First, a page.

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  1. #1

    Cool Just bough a kit, any tips?

    Hey there!

    So I just bought a starter kit off of Perfumers Apprentice and I'm very excited for it to come in the mail!
    My question is for your guys, though: Any tips on just starting out? Any advice?

    I've been looking into starting to make perfume for a little while now, but never actually bought something until just now. I have a LOT to learn, but I'm excited!

    Thanks!

  2. #2

    Default Re: Just bough a kit, any tips?

    Start off slowly and simply. Start by trying to learn your materials. Start by smelling them over time, and follow how they develop and change over time. Does the material disappear in a matter of minutes or is it still to be smelled the next day, or even the next week? Does the material's odour change over time, or does it stay the same? How does it change? Does it just get weaker, or does the odour change. I don't know if you have any smelling strips, but if not get some. Always label them so you know what you are smelling. Try to describe what you smell. No matter how daft it sounds if that is what it smells like to you, then it is right for you. Many people first starting perfumery want to create a fragrance without knowing their raw materials. It won't work and you will find it to be very frustrating. Without a thorough understanding of each raw material you will never get the best out of your kit. Note the strength of each material. Does it remind you of anything? Can you imagine that smell going with anything else you may have. Note whether the material is top, middle or base note (basically how long it lasts on the smelling strip). You should be able to recognise each material when you smell it blind (when someone hands you a smelling strip you should be able to guess what the material is).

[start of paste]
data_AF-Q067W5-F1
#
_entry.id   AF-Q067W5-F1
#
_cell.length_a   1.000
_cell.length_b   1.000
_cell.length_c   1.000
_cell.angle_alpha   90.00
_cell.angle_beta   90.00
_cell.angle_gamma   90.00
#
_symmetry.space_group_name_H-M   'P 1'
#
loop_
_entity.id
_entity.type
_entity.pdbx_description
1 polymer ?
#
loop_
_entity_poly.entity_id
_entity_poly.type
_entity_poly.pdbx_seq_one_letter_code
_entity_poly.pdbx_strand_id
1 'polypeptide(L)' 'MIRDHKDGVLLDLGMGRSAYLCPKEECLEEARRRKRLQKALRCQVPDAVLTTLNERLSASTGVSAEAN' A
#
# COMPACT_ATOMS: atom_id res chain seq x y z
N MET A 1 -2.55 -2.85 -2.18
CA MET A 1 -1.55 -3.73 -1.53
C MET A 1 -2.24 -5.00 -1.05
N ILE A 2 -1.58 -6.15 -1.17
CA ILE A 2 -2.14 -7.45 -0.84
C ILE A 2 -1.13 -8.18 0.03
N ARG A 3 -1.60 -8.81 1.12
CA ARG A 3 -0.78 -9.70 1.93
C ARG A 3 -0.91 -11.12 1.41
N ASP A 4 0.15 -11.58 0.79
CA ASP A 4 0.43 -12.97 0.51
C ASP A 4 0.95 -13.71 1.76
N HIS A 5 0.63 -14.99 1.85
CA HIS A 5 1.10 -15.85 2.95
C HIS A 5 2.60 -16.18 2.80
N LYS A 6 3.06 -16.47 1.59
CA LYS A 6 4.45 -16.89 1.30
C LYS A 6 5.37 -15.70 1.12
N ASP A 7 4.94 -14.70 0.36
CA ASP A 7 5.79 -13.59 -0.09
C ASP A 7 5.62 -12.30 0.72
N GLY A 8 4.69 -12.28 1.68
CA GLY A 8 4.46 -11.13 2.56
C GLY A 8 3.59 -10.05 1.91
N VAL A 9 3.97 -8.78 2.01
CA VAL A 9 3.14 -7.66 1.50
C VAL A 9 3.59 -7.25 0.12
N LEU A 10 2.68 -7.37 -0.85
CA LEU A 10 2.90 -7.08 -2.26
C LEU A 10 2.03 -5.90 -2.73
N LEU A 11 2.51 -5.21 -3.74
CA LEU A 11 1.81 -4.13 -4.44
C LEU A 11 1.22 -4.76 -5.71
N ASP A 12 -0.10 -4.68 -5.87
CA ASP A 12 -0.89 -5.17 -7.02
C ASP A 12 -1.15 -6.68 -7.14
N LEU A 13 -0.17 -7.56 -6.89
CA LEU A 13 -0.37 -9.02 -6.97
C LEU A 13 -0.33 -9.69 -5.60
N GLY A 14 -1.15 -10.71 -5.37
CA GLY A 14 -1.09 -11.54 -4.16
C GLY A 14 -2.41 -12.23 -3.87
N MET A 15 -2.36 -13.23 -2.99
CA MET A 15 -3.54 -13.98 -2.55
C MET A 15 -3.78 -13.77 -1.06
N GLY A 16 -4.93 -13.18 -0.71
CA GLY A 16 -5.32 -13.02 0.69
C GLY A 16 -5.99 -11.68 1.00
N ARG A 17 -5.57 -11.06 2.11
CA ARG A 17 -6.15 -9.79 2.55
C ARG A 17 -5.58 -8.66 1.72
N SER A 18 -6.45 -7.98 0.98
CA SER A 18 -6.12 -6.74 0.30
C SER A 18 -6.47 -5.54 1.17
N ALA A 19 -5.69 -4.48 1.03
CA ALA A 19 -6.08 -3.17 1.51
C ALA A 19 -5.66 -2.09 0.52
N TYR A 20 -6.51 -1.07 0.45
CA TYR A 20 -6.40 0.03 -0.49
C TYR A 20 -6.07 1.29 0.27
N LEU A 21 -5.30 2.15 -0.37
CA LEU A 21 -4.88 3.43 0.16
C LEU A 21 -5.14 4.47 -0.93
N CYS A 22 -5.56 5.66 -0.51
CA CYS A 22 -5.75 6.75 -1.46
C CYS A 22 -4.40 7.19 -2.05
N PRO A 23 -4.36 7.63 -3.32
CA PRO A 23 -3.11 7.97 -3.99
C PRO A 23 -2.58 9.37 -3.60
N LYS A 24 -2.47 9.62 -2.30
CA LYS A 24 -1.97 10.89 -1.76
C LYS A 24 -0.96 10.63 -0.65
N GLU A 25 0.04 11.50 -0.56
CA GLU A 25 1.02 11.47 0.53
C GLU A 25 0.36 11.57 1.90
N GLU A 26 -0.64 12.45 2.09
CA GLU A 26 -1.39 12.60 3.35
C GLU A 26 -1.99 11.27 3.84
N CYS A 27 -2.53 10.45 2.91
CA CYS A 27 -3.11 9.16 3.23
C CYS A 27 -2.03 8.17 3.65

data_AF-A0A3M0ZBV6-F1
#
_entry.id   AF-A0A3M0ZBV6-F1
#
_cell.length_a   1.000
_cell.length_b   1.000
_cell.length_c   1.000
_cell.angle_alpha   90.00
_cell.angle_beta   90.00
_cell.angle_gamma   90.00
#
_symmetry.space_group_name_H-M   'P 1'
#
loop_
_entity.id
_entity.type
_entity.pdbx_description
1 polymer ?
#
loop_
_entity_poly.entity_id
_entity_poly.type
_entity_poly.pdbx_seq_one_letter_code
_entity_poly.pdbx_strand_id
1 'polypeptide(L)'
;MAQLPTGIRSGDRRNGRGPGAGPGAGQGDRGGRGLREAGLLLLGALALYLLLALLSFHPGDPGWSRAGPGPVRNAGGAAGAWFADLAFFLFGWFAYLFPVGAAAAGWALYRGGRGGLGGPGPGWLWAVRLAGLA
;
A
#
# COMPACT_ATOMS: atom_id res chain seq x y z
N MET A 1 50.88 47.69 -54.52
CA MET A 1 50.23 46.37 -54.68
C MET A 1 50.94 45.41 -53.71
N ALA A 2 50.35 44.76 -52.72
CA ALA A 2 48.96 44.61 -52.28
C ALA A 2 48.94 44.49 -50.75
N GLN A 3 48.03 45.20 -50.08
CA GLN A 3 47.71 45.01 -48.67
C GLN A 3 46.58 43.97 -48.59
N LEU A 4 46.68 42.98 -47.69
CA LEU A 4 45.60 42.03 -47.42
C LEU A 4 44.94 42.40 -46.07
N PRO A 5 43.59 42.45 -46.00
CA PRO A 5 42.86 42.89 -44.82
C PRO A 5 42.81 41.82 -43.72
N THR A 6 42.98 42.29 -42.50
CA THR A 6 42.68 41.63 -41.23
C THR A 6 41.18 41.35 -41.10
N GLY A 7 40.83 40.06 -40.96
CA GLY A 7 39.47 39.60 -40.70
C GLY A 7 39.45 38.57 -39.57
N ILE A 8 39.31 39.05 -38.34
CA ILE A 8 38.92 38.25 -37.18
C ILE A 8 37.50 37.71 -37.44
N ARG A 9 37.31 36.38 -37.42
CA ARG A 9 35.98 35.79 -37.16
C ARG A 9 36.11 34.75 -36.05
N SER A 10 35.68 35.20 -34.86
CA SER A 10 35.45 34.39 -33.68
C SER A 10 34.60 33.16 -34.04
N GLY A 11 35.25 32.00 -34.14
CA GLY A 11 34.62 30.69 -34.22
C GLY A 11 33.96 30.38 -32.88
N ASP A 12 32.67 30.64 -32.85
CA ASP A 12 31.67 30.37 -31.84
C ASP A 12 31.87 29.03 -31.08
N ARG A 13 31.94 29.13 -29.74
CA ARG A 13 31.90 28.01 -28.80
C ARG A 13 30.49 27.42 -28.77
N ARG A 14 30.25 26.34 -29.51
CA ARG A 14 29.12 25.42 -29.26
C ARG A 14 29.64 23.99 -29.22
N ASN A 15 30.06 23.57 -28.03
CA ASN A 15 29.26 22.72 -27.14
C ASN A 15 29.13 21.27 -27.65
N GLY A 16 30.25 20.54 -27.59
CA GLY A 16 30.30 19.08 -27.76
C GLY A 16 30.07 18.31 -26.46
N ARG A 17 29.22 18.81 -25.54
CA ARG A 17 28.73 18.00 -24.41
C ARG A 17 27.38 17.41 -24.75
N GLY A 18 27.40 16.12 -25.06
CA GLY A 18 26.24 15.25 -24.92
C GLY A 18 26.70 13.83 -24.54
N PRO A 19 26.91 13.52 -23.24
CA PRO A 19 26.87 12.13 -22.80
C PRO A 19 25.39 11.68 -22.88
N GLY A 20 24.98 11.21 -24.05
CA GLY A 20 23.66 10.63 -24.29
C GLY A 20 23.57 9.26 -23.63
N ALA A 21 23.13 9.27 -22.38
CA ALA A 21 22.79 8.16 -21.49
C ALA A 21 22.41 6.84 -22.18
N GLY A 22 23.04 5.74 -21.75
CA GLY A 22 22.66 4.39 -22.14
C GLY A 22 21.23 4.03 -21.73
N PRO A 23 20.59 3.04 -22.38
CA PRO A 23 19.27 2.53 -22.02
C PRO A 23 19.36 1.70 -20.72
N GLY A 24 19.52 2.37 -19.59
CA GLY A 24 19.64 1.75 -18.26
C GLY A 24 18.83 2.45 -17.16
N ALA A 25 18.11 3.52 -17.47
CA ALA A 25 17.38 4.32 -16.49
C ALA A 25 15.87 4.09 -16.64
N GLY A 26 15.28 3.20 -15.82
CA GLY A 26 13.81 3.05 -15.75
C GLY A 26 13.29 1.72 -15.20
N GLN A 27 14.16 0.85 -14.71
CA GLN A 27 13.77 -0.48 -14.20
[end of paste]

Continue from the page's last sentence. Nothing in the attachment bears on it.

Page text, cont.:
Once you have done that, start mixing a couple of things together, in a variety of ratios. See how one material affects another. Try to get a blend where neither material is dominant. See if, by mixing two smells you can achieve something greater than the two.

    It is a slow process, but if done right it will stand you in good stead for a lifetime.

    And above all else, enjoy the wonderful, fabulous world of smells. Our sense of smell is too little used, and is a source of great pleasure.

  3. #3

    Default Re: Just bough a kit, any tips?

    There is a Do It Yourself section of the forum which has lots of good information. Good Luck and Welcome!

    http://www.basenotes.net/forums/15-Fragrance-DIY

  4. #4

    Default Re: Just bough a kit, any tips?

    Thank you both for the tips/link!
    I totally will take time smelling before I start mixing. I have a question though; How do I know how much to blend? Like how many drops, ect? Is everyone opinion different in that factor?

    Thanks again!

    - - - Updated - - -

    And also, safety tips? Gloves? Goggles? What do you do?

  5. #5

    Default Re: Just bough a kit, any tips?

    Absolutely. There are no rules in Perfumery, although you will rapidly learn when you have used too much of any one material. It really depends on the type of fragrance you want to create, and how strong the individual materials are. You will learn the relative strengths of your various items when you start to smell them. As to the volume of fragrance you make, that depends on how accurate you re and howw much of each material you have to hand.

  6. #6

    Default Re: Just bough a kit, any tips?

    Huh, strange. On the FAQ page, it says people are using their 'tinctures' for electric cigarettes (E-cigs). http://shop.perfumersapprentice.com/t-faq.aspx Second question down on "inhalation safety". Makes sense, as they use PG (propylene Glycol) as a base. Which is one of the bases for E-liquid, along with Vegetable Glycerin).

    I'm going to order some stuff from them to play around.